Pregnant women in Bangladesh with low levels of the most common form of vitamin E are nearly twice as likely to have a miscarriage than those with adequate levels of the vitamin in their blood, according to new research led by the Johns Hopkins Bloomberg School of Public Health.
The findings, published online last week in the American Journal of Clinical Nutrition, suggest that improving the diet of women in impoverished nations or encouraging intake of vitamin E through prenatal supplements could have a direct impact on fertility, though more research is needed.
“For nearly a century, we have known about vitamin E and its role in the fertility of animals,” says one of the study’s leaders, Dr. Kerry Schulze, an associate scientist in the department of international health at the Johns Hopkins Bloomberg School of Public Health. “To our knowledge, this is the first study in humans that has looked at the association of vitamin E and miscarriage. The findings from this study support a role for vitamin E in protecting the embryo and fetus in pregnancy.”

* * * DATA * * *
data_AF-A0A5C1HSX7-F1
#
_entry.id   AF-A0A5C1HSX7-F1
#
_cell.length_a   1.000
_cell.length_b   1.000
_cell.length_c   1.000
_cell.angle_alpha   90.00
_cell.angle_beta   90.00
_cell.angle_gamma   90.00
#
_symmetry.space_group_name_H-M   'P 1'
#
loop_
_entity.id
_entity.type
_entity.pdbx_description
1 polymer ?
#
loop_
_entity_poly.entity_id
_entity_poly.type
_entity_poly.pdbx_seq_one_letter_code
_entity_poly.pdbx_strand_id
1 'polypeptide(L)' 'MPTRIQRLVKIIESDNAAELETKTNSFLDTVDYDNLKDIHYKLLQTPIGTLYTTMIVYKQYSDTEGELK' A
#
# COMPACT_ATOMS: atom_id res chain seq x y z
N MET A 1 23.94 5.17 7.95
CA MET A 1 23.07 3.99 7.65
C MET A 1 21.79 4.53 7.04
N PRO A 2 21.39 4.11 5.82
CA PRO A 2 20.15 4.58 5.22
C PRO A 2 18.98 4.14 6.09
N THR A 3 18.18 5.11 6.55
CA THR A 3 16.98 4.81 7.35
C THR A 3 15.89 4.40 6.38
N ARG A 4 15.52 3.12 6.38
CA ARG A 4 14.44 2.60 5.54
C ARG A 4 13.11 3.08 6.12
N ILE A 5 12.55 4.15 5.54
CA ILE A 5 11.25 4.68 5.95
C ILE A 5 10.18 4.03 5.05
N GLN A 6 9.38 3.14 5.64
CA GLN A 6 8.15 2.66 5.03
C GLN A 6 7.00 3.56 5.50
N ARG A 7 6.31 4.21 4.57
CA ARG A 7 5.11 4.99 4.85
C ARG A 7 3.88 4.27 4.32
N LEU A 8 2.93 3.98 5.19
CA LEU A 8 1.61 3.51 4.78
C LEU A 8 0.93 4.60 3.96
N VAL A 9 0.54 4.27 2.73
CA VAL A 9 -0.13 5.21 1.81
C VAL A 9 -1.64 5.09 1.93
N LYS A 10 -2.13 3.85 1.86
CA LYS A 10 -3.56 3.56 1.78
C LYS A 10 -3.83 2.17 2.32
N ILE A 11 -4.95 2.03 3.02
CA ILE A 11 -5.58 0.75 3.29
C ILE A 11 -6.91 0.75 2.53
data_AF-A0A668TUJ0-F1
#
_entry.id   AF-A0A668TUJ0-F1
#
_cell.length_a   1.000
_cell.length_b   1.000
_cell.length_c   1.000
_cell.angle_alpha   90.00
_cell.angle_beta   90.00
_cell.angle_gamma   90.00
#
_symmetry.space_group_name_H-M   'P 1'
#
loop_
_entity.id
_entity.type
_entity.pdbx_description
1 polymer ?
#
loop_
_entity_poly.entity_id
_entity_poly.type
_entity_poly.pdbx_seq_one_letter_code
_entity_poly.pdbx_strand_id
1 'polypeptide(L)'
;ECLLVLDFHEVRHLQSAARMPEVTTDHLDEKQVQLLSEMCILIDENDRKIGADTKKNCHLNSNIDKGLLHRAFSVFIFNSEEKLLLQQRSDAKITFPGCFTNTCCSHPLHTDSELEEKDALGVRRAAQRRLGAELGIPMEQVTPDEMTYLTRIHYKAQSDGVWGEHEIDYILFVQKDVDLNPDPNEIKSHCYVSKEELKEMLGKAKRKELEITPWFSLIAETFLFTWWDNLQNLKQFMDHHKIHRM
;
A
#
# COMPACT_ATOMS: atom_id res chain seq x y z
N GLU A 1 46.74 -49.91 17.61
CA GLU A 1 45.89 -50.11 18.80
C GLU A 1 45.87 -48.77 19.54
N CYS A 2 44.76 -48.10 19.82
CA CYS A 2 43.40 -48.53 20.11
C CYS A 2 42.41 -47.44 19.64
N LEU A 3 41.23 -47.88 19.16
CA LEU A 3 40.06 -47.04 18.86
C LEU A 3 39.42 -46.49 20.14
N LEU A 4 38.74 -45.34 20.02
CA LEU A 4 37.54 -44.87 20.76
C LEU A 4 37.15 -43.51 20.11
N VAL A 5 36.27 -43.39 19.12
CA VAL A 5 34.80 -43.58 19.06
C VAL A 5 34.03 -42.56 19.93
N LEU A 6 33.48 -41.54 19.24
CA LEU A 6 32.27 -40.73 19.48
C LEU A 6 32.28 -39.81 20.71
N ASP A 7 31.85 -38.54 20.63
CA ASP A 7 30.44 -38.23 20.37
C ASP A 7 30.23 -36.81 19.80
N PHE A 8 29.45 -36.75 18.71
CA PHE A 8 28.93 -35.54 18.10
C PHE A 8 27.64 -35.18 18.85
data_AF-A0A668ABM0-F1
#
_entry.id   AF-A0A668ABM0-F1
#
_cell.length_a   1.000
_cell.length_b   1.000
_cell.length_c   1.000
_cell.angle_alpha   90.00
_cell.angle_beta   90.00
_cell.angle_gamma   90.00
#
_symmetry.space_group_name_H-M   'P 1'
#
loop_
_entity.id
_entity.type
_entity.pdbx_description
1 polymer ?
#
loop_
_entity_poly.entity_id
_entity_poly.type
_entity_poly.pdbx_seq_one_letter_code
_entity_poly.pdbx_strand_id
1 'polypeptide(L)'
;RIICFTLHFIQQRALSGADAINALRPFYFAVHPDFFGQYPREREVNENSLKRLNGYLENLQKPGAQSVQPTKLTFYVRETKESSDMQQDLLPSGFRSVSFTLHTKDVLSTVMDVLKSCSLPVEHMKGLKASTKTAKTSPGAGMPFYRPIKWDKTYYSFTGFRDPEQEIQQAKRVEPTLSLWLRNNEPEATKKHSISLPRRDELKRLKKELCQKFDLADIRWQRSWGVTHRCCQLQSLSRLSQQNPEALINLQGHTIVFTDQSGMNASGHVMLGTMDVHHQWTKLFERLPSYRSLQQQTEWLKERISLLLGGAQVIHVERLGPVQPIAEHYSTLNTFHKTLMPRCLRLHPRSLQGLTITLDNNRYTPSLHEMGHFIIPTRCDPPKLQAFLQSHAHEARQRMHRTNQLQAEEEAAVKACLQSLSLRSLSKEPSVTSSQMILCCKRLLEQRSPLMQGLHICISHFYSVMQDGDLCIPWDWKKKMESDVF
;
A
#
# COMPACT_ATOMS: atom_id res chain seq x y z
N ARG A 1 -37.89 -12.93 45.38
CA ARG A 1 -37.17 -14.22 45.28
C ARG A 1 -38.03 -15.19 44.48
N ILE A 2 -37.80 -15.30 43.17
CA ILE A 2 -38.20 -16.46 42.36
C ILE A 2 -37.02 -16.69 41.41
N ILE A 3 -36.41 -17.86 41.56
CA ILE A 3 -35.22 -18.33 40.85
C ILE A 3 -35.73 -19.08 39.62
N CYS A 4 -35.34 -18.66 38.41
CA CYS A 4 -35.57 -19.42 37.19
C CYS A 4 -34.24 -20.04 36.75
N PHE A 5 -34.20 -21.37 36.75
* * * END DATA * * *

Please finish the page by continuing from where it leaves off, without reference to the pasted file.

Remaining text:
Vitamin E is an important vitamin required for the proper function of many organs in the body. It works as an antioxidant, which means it helps to slow down processes that damage cells. It is found in a variety of foods, though the main source of vitamin E in Bangladesh is believed to be in vegetable oils used in cooking.
The researchers analyzed data from 1,605 rural Bangladeshi pregnant women in the JiVitA-1 study that ran from 2001 to 2007. Blood samples were taken upon enrollment in the first trimester and any miscarriages were recorded on a weekly basis thereafter. Of the 1,605 women in the study, 141 (8.8 percent) subsequently miscarried.